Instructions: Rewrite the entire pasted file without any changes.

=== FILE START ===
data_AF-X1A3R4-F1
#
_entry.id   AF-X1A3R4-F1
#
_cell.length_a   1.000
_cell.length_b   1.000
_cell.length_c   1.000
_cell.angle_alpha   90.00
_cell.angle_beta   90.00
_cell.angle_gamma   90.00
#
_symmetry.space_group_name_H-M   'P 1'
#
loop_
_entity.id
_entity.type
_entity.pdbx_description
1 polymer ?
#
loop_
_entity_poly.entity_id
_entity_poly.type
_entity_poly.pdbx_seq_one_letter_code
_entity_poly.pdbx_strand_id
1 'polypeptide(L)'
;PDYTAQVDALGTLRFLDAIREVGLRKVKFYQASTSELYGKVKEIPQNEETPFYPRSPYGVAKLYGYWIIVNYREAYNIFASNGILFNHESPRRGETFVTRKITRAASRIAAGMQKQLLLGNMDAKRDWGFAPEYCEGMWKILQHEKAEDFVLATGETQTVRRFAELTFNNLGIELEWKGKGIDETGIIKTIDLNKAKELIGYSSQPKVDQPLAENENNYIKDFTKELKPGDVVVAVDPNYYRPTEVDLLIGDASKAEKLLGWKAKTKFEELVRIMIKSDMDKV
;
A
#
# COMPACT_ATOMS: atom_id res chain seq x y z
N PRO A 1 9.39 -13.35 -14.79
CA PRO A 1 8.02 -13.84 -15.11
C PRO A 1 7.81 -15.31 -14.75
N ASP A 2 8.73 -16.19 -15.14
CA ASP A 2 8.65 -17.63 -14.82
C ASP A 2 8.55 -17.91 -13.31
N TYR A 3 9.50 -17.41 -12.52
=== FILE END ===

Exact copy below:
data_AF-X1A3R4-F1
#
_entry.id   AF-X1A3R4-F1
#
_cell.length_a   1.000
_cell.length_b   1.000
_cell.length_c   1.000
_cell.angle_alpha   90.00
_cell.angle_beta   90.00
_cell.angle_gamma   90.00
#
_symmetry.space_group_name_H-M   'P 1'
#
loop_
_entity.id
_entity.type
_entity.pdbx_description
1 polymer ?
#
loop_
_entity_poly.entity_id
_entity_poly.type
_entity_poly.pdbx_seq_one_letter_code
_entity_poly.pdbx_strand_id
1 'polypeptide(L)'
;PDYTAQVDALGTLRFLDAIREVGLRKVKFYQASTSELYGKVKEIPQNEETPFYPRSPYGVAKLYGYWIIVNYREAYNIFASNGILFNHESPRRGETFVTRKITRAASRIAAGMQKQLLLGNMDAKRDWGFAPEYCEGMWKILQHEKAEDFVLATGETQTVRRFAELTFNNLGIELEWKGKGIDETGIIKTIDLNKAKELIGYSSQPKVDQPLAENENNYIKDFTKELKPGDVVVAVDPNYYRPTEVDLLIGDASKAEKLLGWKAKTKFEELVRIMIKSDMDKV
;
A
#
# COMPACT_ATOMS: atom_id res chain seq x y z
N PRO A 1 9.39 -13.35 -14.79
CA PRO A 1 8.02 -13.84 -15.11
C PRO A 1 7.81 -15.31 -14.75
N ASP A 2 8.73 -16.19 -15.14
CA ASP A 2 8.65 -17.63 -14.82
C ASP A 2 8.55 -17.91 -13.31
N TYR A 3 9.50 -17.41 -12.52